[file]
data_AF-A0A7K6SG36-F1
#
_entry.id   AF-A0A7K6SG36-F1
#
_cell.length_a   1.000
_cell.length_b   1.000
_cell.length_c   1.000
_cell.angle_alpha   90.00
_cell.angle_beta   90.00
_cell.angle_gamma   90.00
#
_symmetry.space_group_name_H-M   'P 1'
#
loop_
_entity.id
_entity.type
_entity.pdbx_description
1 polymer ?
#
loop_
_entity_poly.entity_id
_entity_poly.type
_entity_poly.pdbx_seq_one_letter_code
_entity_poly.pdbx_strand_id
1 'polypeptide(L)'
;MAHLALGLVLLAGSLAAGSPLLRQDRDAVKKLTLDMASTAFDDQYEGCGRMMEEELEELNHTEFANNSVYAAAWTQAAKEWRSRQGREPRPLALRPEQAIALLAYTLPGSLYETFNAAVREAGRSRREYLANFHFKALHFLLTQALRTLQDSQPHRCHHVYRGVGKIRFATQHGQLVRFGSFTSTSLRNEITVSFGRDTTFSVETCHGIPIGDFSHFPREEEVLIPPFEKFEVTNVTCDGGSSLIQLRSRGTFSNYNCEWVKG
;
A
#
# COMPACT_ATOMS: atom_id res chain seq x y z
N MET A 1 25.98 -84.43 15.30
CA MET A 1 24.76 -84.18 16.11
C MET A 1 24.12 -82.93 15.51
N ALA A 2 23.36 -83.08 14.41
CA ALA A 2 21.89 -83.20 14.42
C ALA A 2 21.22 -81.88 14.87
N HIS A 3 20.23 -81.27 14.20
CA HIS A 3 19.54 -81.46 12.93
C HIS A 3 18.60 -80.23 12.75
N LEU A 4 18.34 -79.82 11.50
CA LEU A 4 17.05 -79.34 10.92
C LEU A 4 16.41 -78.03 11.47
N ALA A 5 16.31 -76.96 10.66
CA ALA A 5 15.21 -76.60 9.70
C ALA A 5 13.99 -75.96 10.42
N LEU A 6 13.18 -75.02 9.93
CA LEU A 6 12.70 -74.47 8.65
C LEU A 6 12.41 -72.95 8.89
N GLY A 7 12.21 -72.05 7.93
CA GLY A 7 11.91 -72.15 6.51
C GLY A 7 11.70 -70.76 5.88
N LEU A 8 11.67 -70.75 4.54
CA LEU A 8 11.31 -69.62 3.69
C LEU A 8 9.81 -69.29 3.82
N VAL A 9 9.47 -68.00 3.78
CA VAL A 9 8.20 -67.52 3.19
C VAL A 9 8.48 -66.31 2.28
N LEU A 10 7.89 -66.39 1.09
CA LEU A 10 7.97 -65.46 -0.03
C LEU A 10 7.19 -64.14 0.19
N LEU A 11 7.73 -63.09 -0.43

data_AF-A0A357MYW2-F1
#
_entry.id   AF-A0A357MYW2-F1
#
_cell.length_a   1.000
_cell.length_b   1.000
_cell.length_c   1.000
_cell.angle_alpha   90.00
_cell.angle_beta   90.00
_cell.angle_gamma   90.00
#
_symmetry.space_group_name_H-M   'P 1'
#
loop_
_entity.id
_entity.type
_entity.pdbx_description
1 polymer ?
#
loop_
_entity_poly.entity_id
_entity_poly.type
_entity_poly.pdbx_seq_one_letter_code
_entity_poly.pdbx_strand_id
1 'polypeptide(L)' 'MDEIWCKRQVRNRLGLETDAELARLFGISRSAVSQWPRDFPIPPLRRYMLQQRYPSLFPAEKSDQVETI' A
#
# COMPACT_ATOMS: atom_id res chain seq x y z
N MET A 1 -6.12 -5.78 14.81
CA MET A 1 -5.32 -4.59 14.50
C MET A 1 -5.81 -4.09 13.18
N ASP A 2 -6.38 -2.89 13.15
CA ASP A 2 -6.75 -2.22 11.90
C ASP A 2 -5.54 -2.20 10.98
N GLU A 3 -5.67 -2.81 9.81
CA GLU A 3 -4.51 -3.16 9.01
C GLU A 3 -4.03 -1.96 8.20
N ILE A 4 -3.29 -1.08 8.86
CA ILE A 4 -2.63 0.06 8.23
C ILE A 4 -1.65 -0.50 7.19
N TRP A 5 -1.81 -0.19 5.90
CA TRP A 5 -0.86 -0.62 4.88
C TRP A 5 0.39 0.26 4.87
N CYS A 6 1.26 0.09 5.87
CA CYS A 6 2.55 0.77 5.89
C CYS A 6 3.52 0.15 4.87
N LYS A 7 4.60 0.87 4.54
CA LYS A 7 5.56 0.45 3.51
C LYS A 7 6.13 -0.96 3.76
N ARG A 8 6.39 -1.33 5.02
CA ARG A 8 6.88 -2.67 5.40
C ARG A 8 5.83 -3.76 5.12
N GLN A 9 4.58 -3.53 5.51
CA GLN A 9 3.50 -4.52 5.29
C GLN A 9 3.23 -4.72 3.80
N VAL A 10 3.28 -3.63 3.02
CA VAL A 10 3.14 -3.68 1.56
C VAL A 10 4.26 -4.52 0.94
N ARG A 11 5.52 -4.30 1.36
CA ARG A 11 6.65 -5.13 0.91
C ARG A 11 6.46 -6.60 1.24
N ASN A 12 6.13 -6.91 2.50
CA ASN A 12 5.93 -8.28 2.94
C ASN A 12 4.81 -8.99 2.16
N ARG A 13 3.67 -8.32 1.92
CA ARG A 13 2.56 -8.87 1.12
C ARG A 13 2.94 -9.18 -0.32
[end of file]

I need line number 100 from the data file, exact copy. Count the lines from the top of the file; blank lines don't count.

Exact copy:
C ILE A 4 -1.65 -0.50 7.19